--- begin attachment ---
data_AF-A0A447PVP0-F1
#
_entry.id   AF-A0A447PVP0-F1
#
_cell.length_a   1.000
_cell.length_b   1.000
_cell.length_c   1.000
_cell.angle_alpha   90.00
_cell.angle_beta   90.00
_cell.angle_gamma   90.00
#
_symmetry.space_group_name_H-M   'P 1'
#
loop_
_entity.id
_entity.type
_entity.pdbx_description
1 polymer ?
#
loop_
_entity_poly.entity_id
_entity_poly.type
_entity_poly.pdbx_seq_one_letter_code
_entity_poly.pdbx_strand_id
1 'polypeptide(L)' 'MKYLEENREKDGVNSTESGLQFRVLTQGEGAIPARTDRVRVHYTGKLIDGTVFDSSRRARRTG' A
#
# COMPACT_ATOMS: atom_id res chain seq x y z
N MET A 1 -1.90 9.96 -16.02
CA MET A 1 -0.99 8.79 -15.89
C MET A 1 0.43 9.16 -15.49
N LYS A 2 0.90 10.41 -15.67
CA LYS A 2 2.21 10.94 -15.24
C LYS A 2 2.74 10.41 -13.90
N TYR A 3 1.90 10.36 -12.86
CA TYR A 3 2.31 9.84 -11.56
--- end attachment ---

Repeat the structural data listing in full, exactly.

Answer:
data_AF-A0A447PVP0-F1
#
_entry.id   AF-A0A447PVP0-F1
#
_cell.length_a   1.000
_cell.length_b   1.000
_cell.length_c   1.000
_cell.angle_alpha   90.00
_cell.angle_beta   90.00
_cell.angle_gamma   90.00
#
_symmetry.space_group_name_H-M   'P 1'
#
loop_
_entity.id
_entity.type
_entity.pdbx_description
1 polymer ?
#
loop_
_entity_poly.entity_id
_entity_poly.type
_entity_poly.pdbx_seq_one_letter_code
_entity_poly.pdbx_strand_id
1 'polypeptide(L)' 'MKYLEENREKDGVNSTESGLQFRVLTQGEGAIPARTDRVRVHYTGKLIDGTVFDSSRRARRTG' A
#
# COMPACT_ATOMS: atom_id res chain seq x y z
N MET A 1 -1.90 9.96 -16.02
CA MET A 1 -0.99 8.79 -15.89
C MET A 1 0.43 9.16 -15.49
N LYS A 2 0.90 10.41 -15.67
CA LYS A 2 2.21 10.94 -15.24
C LYS A 2 2.74 10.41 -13.90
N TYR A 3 1.90 10.36 -12.86
CA TYR A 3 2.31 9.84 -11.56